This screening consists of 19 images to include: head/neck, breast, abdomen, back/spine (excludes extremities).
Thermography can aid in the assessment of various dysfunctions, diseases, and other concerns in the upper body to include:
- Lymphatic Congestion
- Digestive Disorders
- Kidney and Liver Dysfunction
The lymphatic system plays an important role within the immune system because it removes cellular waste, toxins, bacteria and destroys old or abnormal cells, including cancer cells.
The lymphatic system consists of thin tubes known as lymphatic vessels and lymph nodes that run throughout the body. The lymphatic vessels carry a liquid called lymph. The lymph nodes filter the lymph fluid as it passes through them allowing white blood cells known as lymphocytes to attack cellular waste, toxins and bacteria within the lymph. When cancer cells “break away” from a tumor, they become stuck in one or more of the nearest lymph nodes.
Lymphatic congestion, a condition in which the lymphatic system fails to drain properly, allows for cellular waste products, toxins and bacteria to accumulate in the body. Lymphatic congestion contributes to swollen lymph nodes, chronic sinus and respiratory congestion, breast swelling, lymphatic cancers and other health problems.
Digestive disorders are the result of inflammation and/or infection in one or more areas of the digestive system. Inflammation shows as heat (hyperthermia) over the area of concern. Ulcers, gastroesophageal reflux disease (GERD), and inflammatory bowel diseases such as diverticulitis and Crohn's disease, are a few disorders or diseases that may be detected in an upper body thermography screening.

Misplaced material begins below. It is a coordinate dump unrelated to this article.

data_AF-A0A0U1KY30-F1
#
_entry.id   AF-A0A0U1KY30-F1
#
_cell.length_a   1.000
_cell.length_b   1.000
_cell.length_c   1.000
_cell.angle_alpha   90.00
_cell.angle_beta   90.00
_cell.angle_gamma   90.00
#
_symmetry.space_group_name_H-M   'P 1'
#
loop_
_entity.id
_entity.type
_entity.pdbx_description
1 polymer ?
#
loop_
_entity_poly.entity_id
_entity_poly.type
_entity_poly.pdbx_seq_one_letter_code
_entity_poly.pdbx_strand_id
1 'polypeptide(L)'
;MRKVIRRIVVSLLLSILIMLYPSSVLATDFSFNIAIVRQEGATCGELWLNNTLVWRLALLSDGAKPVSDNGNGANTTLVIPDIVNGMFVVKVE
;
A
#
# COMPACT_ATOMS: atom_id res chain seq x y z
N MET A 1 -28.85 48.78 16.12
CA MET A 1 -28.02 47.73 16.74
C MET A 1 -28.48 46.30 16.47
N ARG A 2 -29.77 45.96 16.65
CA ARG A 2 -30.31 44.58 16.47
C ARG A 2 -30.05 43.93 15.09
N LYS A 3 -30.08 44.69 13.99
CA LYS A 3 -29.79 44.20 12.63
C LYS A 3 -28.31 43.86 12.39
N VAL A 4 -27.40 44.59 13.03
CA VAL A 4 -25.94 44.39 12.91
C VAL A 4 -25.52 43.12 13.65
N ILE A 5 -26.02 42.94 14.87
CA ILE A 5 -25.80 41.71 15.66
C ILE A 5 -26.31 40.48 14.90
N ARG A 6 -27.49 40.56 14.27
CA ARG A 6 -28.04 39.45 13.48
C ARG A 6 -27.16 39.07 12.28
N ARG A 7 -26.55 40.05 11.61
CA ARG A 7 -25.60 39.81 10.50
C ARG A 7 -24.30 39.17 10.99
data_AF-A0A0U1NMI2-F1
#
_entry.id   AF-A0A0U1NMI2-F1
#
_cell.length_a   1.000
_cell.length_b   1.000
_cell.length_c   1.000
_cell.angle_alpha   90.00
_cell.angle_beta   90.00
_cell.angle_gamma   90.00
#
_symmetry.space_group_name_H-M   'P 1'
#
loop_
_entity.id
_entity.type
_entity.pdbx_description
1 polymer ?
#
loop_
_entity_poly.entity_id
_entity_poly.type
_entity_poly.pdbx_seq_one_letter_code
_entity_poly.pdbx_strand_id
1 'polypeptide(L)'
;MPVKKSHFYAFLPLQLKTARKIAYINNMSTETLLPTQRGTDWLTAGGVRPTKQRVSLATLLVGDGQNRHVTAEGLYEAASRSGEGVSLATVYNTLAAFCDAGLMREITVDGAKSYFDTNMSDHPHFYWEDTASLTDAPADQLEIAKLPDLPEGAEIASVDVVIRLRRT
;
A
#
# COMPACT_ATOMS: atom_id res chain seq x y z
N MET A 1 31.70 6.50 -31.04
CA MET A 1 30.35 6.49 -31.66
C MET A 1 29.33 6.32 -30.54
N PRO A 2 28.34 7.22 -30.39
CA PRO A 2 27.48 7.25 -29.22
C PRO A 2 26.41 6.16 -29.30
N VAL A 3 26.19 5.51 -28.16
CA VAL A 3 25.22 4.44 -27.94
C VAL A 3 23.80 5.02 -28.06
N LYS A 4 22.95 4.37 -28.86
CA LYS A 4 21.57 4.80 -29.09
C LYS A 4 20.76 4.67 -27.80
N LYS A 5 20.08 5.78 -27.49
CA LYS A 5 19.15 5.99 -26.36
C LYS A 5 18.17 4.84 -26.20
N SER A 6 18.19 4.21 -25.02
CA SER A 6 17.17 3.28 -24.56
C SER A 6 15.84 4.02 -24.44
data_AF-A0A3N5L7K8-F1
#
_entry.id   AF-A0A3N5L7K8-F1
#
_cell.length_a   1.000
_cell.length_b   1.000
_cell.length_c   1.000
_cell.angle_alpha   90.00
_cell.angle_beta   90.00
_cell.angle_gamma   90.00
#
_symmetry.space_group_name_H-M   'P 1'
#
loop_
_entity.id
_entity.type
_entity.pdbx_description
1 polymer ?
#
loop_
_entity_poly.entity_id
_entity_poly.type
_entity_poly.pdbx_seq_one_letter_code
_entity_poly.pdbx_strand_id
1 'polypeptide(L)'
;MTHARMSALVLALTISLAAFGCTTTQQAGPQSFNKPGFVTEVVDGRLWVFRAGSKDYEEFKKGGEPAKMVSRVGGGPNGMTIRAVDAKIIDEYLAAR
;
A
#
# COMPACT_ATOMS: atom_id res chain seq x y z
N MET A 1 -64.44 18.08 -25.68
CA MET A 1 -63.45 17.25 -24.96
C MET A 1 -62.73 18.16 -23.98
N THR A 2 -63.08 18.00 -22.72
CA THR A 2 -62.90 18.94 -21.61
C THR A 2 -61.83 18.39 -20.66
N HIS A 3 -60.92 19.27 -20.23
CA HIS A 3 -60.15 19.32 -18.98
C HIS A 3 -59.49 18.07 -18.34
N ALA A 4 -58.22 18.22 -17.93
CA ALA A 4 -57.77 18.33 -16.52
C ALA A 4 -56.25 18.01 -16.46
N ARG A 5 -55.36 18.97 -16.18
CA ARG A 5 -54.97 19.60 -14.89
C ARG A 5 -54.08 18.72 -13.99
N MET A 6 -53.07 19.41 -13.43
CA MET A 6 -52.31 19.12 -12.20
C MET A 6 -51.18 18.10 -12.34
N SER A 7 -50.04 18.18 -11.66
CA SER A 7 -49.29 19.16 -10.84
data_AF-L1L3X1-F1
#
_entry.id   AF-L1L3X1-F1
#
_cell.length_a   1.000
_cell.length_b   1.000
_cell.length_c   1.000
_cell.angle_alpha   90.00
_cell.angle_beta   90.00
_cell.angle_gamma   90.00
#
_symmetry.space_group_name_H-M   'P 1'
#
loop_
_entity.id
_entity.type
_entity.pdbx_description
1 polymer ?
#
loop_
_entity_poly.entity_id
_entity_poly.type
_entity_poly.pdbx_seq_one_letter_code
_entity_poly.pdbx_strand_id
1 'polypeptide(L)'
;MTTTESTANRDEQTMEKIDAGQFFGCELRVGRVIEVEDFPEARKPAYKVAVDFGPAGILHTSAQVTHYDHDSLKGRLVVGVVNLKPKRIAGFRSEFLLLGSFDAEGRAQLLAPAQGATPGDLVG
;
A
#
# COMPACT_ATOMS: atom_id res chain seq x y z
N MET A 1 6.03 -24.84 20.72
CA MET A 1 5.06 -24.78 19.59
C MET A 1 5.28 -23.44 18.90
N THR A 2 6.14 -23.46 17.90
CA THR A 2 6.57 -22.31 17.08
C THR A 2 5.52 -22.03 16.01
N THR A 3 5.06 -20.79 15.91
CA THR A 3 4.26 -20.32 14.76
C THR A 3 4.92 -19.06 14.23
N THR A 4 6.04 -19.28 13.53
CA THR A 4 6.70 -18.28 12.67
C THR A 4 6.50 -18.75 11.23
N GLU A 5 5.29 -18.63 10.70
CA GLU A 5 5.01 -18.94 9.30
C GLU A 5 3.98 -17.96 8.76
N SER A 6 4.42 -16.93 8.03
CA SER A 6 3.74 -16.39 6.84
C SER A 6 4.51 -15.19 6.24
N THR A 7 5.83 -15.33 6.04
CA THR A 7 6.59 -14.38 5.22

A peptic ulcer is a sore in the lining of the stomach or duodenum, the first part of the small intestine. Peptic ulcers happen when the acids that assist in the digestion of food damage the walls of the stomach or duodenum. The most common cause is infection due a certain bacteria. Another cause is the long-term use of nonsteroidal anti-inflammatory medicines such as aspirin and ibuprofen.
Gastroesophageal reflux disease (GERD) is a common digestive disorder that affects the lower esophageal sphincter, which is the ring of muscle between the esophagus and stomach, where stomach acid persistently and regularly flows up into the esophagus. GERD occurs in people of all ages, and sometimes for unknown reasons. The most common symtom of GERD is chronic heartburn.
Gastroesophageal reflux disease (GERD)
Kidney and Liver Dysfunction
Kidney dysfunction can affect the body’s ability to clean the blood, filter extra water out of the blood, and help control blood pressure. When the kidneys are not functioning properly, waste products and fluid can build up in the body which causes inflammation. Dysfunction in the kidneys can include kidney cysts, kidney stones and chronic kidney disease.
Chronic kidney disease, also called chronic kidney failure, describes the gradual loss of kidney function. In the early stages of chronic kidney disease, few signs or symptoms may be present. Chronic kidney disease may not become apparent until the kidney function is significantly impaired.
The liver is the largest organ in the human body and is responsible for well over 200 functions. It is also the most resilient organ, able to withstand some of the harshest assaults by today’s mix of air pollution, environmental contaminants, pharmaceuticals, bacteria, fungi, mold, and viruses. Dysfunctions in the liver may appear as digestive problems, blood sugar problems, weakened immune system and hormonal imbalance.
Kidney cyst viewed as hypothermia
Liver inflammation viewed as hyperthermia